How Airlines Maximize Fleet Availability With Aerogility’s AI Solution

Every penny counts in the aviation industry. This factor is even more significant in the current unpredictable climate. As a result, airlines are turning to modern technology to optimize operations. One partnering with airlines in this field is Aerogility. Simple Flying caught up with Phil Cole, the outfit’s civil aviation business manager, about how his firm is maximizing airline fleets amid the current conditions.

SAS-plane
Carriers such as SAS have been able to handle complex planning aspects swiftly with Aerogility. Photo: Aerogility

Preparation is key

The management of fleets is essential to how successful a carrier can be. Getting factors such as scheduling wrong can lead to problems such as costly delays, which can be critical to a business. Aspects such as maintenance can also increase downtime, leading to greater unpredictability. Thus, Aerogility seeks to give a better picture of how planes perform within their specific context. Subsequently, operators can resolve complex issues to make more informed and cost-effective decisions with their fleet.

Working with prominent names such as easyJet and SAS, Aerogility offers accurate maintenance, repair and overhaul (MRO) forecasts and schedules. Rather than going through tedious manual processes, operators can use the cloud-based solution to predict the future status of their aircraft under numerous scenarios. Therefore, they can optimize their strategies and adapt effectively.

easyJet, Berlin Brandenburg, Berlin Airport
With offices on both sides of the Atlantic, Aerogility has plenty of partners across the continents. Photo: Getty Images

An in-depth look

Aerogility’s offering includes the automation of daily maintenance planning such as power plant removals, landing gear overhauls, and engine shop visits. In practice, Cole explains that his company creates a plan for its customers based on actions such as the removal of drivers on the engines. Clients can then manipulate the plan and start to adjust the work scope. So, for example, if a powerplant becomes due based on the core module, operators can then decide whether to include the rest of the engine in the work scope for a shop visit. 

With the software’s help, airlines can also produce a detailed cost analysis of what’s coming up in the future. Moreover, Aerogility has a robust and complex financial reporting tool. For instance, customers can look at depreciation provisioning on heavy base checks and related powerplants and shop visits. So, carriers can run a scenario that will produce a budget and a cash flow forecast, which is a robust additional function around a base agent model.

SAS-plane-repair
Millions of dollars could be saved in various areas with fleet maximization. Photo: Aerogility

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A clever solution

The AI multi-agent model holistically covers all the aircraft in an airline’s fleet as well as the “whole maintenance and engineering planning organization and supply chain.” Aerogility explains that the software’s intelligent agents are effectively ‘actors’ in the model. In other words, they act as a digital twin of an operation. In a simulation, the actors play out the role of the carrier’s planes, systems, procedures, and employees. The simulation outputs are graphic and notably realistic. The resulting insights then allow operators to compare one option against another.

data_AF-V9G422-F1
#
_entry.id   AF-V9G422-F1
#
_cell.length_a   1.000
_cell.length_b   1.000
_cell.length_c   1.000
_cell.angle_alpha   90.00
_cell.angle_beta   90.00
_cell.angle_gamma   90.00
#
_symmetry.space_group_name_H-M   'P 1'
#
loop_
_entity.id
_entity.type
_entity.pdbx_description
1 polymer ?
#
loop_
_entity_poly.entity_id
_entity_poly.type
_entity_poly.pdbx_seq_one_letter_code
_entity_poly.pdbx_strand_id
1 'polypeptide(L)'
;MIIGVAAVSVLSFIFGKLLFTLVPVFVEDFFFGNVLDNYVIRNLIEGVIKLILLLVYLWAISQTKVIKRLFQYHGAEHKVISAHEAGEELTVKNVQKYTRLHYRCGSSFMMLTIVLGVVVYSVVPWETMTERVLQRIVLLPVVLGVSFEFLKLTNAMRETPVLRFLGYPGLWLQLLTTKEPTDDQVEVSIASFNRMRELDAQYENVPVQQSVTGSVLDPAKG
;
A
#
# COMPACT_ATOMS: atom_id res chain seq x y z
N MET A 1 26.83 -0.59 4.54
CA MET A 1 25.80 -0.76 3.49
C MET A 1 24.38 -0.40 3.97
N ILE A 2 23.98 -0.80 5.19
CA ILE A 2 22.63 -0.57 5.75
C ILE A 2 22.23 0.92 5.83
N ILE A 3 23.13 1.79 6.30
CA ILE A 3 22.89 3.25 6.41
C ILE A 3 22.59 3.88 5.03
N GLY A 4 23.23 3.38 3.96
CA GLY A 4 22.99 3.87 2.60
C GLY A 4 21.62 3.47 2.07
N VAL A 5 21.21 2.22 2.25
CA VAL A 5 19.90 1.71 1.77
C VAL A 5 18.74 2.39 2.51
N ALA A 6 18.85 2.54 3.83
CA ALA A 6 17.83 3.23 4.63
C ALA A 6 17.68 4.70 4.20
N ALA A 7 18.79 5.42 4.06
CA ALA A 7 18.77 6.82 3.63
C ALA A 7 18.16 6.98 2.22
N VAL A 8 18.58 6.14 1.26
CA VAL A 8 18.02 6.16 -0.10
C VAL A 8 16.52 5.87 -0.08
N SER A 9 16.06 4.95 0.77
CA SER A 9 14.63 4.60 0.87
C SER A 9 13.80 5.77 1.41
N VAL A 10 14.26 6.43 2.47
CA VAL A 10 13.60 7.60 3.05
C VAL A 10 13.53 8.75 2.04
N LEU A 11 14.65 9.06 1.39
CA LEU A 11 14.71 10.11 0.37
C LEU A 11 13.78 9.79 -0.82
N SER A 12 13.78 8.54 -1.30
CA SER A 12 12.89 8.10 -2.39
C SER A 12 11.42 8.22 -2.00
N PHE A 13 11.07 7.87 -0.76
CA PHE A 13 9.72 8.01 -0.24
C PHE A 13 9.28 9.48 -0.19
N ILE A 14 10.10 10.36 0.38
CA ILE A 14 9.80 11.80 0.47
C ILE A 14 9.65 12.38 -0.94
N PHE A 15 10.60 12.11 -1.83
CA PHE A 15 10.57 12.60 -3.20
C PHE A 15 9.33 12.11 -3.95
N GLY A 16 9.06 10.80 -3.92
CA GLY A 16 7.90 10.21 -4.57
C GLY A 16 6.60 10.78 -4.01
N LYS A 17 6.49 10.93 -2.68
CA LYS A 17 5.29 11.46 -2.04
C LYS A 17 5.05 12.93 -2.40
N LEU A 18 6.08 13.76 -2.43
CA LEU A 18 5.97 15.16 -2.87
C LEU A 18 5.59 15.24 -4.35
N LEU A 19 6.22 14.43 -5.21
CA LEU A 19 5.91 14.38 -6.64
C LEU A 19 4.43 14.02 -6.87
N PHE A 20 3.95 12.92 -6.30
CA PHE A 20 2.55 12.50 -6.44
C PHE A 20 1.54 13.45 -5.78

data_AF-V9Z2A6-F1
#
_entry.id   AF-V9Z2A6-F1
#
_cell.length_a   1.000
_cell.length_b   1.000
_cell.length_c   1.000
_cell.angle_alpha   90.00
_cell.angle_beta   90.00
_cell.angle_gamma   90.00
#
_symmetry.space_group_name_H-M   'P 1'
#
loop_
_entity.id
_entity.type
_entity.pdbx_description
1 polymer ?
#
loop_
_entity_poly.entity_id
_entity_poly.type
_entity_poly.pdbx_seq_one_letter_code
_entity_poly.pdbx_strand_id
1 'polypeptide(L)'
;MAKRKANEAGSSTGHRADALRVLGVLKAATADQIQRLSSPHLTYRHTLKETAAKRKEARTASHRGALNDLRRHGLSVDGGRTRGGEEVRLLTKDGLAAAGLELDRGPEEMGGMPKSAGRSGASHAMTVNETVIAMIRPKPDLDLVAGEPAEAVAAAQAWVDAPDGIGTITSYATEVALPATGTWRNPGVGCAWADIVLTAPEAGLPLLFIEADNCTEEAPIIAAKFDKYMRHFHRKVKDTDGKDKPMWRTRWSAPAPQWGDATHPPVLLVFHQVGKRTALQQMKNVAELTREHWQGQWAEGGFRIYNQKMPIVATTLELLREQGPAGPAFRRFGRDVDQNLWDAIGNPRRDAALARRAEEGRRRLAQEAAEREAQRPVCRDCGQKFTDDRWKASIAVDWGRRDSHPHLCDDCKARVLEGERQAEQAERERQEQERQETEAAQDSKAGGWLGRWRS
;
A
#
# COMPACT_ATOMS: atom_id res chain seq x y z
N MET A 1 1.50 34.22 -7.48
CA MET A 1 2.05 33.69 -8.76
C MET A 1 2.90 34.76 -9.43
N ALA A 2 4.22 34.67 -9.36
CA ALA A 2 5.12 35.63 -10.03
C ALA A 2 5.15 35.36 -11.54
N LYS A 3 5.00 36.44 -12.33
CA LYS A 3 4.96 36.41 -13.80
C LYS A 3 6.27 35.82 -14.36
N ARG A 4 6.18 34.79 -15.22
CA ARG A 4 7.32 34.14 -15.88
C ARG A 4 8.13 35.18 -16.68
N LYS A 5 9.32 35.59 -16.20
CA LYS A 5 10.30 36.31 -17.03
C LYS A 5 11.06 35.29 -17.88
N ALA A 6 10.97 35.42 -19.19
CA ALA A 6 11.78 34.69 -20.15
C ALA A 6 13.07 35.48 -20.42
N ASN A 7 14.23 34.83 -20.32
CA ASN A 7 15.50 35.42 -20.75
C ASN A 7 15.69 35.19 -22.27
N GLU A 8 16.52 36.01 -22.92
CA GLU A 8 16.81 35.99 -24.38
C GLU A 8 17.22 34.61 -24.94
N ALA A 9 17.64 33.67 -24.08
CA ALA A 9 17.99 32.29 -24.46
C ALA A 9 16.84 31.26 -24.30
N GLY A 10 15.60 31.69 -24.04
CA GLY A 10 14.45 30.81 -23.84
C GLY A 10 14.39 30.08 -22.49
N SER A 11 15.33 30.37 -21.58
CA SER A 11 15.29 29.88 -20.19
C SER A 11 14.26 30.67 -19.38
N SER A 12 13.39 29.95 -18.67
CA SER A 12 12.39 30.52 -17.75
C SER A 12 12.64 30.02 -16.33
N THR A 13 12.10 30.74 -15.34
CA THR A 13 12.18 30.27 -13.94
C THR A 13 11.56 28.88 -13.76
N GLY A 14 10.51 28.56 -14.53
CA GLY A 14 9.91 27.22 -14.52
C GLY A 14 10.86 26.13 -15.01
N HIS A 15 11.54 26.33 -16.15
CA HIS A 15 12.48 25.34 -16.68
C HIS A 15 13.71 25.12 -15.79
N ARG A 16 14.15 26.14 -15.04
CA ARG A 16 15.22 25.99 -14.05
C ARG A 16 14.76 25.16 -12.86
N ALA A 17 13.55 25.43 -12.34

These factors have been significantly valuable amid the conditions brought about by the global health crisis. Carriers were forced to ground their fleets, leading to changing patterns in maintenance and unpredictable deployment trends.

“The great thing you can do with something like Aerogility is the creation of long-term parking tracks. We were able to park those aircraft that were going into long-term storage and then see the effect that would have on the plan. Most significantly, we saw that as a result of long-term parking, a lot of aircraft were, in theory, going to have events that were driven by calendar days now ‘due’ or ‘overdue.’ And how do you deal with that?” Cole shared with Simple Flying

“We actually made a change to our software to allow our customers to apply the variations that have been approved by Airbus and the like. Airlines can actually say, ‘Alright, I’ve been allowed to extend this check by 300 days or so.’ And they can apply that to their plan and rerun it. Then, they’ll be able to see when the next maintenance event becomes due. So, they don’t have a whole bunch of overdue red items on your plan anymore because they’ve had an allowed extension applied to them.

Aerogility
Aerogility is determined to optimize aircraft readiness, maximize availability, extend the lifespan of costly assets, and ensure safe operations. Photo: Aerogility

Long-term mentality

Overall, Aerogility was able to initially help carriers amid the pandemic in terms of seeing the impact of parking. After that, the company adapted with the airlines to help them deal with brand new challenges in the market. 

The aviation industry will continue to face significant challenges in this next chapter amid the ever-changing market climate. However, solutions such as Aerogility’s will prove to be helpful in the long term.

What are your thoughts about Aerogility’s solution? What do you make of the way airlines are using technology to adapt? Let us know what you think in the comment section.

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